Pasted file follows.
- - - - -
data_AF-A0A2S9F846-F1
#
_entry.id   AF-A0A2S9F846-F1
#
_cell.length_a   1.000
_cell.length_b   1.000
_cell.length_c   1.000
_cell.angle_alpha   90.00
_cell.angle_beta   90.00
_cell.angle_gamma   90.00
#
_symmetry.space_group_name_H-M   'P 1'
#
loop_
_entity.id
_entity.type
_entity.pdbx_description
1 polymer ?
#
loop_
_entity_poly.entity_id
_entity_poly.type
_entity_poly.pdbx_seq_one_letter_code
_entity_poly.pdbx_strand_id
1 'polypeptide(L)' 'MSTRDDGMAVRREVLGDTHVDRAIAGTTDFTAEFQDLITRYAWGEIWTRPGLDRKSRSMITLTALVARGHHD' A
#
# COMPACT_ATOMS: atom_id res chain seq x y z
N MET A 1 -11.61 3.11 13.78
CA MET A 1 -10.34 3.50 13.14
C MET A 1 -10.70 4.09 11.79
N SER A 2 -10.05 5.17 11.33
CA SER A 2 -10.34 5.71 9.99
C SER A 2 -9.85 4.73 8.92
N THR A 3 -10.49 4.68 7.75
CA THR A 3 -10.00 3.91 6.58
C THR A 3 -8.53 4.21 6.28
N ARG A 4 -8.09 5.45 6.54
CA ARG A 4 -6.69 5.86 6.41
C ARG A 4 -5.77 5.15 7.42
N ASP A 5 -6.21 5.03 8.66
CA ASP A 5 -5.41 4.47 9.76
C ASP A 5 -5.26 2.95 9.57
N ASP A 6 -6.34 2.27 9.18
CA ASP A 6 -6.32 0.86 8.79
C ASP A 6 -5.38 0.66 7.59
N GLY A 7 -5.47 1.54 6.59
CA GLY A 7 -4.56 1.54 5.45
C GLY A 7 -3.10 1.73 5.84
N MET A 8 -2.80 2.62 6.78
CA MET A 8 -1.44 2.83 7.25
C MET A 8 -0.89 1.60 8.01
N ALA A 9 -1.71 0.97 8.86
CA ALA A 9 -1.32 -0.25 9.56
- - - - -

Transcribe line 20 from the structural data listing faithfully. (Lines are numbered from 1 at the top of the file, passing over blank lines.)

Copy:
loop_